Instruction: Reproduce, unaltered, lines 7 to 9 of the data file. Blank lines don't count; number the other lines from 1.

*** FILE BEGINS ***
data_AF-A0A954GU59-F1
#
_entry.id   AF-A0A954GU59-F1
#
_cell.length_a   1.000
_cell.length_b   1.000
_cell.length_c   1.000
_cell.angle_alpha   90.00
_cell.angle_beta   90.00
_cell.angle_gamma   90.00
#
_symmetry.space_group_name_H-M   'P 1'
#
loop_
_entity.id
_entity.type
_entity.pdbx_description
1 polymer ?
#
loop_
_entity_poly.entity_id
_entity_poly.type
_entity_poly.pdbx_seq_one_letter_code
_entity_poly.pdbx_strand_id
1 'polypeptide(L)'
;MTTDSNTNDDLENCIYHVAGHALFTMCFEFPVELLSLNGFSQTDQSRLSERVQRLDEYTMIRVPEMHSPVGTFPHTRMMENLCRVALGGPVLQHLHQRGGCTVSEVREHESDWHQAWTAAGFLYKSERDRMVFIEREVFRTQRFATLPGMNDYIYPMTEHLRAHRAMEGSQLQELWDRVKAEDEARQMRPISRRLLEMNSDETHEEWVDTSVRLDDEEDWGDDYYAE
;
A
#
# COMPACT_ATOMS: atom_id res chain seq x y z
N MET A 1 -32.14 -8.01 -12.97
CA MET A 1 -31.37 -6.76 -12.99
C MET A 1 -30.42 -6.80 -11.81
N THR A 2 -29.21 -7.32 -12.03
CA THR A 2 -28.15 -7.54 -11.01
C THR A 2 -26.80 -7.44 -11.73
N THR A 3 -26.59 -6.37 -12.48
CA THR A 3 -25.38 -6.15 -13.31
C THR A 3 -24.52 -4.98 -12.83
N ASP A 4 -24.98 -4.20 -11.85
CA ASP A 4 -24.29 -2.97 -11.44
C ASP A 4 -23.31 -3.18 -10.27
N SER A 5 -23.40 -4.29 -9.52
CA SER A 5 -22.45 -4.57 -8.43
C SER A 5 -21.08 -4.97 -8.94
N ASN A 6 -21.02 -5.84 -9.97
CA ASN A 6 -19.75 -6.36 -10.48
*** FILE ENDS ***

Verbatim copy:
_cell.length_c   1.000
_cell.angle_alpha   90.00
_cell.angle_beta   90.00